Another benefit to building good relationships with your wholesale sales reps is that the distributor can actually become part of your inventory strategy, not simply that person who comes by to collect money.
“Obviously, we want to help our customers be successful in selling our wines,” says Dolma Maria Halstead of Mistica Wines, an importer/distributor based in Seattle and specializing in Argentine wines. In addition to coordinating in-store promotions via shelf talkers and sampling events, Halstead says the sales reps’ assistance can be truly hands-on. “We’ve found that many of our clients appreciate when the reps come in to check inventory levels themselves, advise on re-orders and even help stock the shelves by putting away the wines and help put price tags on them.”
Your distributor also acts as a sort of external storage system, of course, since their entire book is essentially your potential stock. “Washington state is a COD state,” says Halstead. “The bonus is we get paid right away, but the downside is we end up delivering much smaller orders, since a small business might only be able to afford one or two cases a week. Restaurants that have at least one wine by the glass are our best accounts, because they reliably order one or two cases weekly or every two weeks.”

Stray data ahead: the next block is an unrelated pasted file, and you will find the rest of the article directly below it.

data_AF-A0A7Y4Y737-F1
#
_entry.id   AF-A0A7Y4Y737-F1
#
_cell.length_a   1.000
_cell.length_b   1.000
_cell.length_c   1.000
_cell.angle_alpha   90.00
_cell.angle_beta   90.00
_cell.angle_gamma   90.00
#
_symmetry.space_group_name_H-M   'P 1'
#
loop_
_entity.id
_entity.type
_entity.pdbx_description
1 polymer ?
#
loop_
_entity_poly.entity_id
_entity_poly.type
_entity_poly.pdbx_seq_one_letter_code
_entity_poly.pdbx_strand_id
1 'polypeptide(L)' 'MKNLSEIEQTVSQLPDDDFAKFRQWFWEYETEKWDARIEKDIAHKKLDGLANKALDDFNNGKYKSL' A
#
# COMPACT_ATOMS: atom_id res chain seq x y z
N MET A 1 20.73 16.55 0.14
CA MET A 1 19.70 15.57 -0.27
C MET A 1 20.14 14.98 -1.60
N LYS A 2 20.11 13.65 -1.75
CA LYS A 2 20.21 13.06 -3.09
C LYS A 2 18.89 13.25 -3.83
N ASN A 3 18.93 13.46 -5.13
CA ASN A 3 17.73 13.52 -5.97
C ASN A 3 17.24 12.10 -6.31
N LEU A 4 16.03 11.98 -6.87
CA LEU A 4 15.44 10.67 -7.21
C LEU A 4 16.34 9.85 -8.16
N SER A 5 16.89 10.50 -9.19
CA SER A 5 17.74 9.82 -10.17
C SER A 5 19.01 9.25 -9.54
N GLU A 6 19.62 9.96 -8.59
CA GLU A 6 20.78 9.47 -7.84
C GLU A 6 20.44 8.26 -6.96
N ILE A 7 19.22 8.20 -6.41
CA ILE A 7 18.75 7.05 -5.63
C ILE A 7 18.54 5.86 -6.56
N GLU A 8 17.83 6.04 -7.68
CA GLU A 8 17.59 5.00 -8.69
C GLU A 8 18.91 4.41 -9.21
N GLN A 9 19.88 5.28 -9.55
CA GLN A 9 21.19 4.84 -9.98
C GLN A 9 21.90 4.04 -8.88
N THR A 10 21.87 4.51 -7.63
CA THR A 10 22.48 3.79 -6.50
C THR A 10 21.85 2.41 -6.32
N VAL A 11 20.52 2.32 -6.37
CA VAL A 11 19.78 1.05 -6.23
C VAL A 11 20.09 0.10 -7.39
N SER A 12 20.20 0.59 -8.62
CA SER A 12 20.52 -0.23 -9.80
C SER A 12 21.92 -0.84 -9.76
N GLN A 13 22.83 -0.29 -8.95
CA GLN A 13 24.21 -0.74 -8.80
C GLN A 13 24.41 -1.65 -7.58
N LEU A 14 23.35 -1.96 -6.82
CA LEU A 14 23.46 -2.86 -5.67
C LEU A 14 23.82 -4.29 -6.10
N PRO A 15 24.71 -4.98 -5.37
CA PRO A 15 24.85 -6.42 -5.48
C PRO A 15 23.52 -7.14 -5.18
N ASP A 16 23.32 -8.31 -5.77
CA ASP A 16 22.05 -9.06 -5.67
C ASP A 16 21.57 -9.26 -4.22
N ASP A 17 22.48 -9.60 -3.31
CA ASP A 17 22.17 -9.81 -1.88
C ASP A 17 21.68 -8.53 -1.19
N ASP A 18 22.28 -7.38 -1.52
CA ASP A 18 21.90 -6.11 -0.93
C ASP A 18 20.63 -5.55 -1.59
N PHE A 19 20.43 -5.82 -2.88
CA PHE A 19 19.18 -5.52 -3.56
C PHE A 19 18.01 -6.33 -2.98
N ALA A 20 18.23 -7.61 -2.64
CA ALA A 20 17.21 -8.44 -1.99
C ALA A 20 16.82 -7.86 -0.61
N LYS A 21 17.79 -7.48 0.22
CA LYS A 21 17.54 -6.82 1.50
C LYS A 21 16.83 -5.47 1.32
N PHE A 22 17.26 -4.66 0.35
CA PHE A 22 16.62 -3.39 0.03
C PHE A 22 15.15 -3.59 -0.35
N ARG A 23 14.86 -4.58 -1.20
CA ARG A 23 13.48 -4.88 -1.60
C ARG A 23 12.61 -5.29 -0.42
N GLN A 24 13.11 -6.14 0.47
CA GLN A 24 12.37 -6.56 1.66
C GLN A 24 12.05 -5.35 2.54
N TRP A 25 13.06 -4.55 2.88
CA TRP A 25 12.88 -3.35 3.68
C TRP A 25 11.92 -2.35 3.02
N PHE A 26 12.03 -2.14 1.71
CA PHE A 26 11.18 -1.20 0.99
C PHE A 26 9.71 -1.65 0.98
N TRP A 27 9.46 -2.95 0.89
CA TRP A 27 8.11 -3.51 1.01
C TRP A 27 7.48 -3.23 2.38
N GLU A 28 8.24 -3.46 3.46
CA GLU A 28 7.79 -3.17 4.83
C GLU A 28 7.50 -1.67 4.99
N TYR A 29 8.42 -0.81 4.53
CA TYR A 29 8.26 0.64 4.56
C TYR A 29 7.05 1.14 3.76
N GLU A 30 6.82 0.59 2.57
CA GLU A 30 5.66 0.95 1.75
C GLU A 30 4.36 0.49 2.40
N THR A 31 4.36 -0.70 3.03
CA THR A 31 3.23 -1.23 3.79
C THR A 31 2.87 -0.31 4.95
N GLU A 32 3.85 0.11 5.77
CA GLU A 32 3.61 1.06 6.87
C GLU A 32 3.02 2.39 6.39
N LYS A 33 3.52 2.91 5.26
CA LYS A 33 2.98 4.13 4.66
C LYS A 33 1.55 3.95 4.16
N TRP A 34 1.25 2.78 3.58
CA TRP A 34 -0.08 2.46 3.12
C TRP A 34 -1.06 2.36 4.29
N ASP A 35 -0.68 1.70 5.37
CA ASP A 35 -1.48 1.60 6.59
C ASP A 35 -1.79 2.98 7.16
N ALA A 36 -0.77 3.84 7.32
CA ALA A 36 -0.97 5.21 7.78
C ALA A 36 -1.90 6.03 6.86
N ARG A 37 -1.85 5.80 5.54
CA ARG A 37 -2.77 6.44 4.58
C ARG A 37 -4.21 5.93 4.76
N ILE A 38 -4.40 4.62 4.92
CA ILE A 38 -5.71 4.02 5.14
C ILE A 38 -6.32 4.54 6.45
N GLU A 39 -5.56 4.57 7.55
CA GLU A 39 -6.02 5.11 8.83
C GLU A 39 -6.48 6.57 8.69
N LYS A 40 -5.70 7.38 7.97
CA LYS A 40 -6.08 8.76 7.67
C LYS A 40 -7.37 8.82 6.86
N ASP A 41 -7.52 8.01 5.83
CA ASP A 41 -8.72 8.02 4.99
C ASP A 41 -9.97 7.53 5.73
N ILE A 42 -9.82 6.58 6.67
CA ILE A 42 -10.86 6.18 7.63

In some cases, notably Port and Bordeaux, a distributor can even act like a deep wine cellar. A birth-year Vintage Port or trophy bottle of claret for a customer may be only one phone call and delivery away. The same holds for large-format bottles. It’s a rare store that has the room for double magnums, jeroboams, balthazars and so forth. But such items are rarely impulse buys, so there is no real need to stock them. Meanwhile, making customers aware of the availability of such rare items can be as simple as a nicely laser-printed sign.
Staff Training Moves Cases
“Educating our staff is vital,” says Niche Hospitality’s Delaney. “It was challenging at first, but then they realized we are doing this for a reason and not just bashing the mainstream brands.” In addition to creating a positive environment for the customer (and who hasn’t been frustrated by waitstaff some time or another), Delaney says the extreme training pays dividends in employee pride and loyalty, with very little turnover. It also helps him move a wider variety of product beyond vodka.
Rigorous staff training also helps move the entire inventory, “rather than just what’s on the top of their minds because they tasted it last week,” says Albertson. “You want them to understand everything that’s on the list so they can guide the customer to a beer they want, when they don’t know what they want.”